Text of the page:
When we hear, sound is first collected
by the outer ear and sent down the ear canal to the eardrum (1).
The sound vibrates the eardrum, which then vibrates the bones
of the middle ear (2-4). Motion of these bones results in movement
of the fluid contained in the snail-shaped cochlea (5). As the
fluid begins to move, the tiny hair cells lining the cochlea
move back and forth to generate an electrical current (6). This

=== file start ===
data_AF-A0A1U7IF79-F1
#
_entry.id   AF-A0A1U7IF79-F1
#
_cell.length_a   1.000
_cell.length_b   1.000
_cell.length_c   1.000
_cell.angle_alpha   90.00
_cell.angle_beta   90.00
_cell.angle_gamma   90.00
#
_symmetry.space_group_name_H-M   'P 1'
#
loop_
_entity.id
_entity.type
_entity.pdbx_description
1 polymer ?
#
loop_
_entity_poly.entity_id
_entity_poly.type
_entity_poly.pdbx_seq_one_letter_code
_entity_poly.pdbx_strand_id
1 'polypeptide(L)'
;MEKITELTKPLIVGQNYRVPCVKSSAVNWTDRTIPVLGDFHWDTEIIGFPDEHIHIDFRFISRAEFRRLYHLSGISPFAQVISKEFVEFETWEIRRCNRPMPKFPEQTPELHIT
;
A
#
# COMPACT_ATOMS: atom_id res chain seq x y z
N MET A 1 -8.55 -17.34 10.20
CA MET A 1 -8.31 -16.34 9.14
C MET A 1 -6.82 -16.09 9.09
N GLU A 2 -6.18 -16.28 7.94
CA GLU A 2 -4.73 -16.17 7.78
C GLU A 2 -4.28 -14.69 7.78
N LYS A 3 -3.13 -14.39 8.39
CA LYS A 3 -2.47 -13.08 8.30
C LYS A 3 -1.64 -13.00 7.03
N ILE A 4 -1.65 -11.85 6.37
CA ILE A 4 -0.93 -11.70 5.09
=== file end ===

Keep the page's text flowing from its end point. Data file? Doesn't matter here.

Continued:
electrical current stimulates the hearing nerve, which carries
the signal to the brain and is interpreted as sound.
The following diagram illustrates some common
sounds and their hearing level:
For more information regarding some specific
causes of hearing loss, click the right arrow below.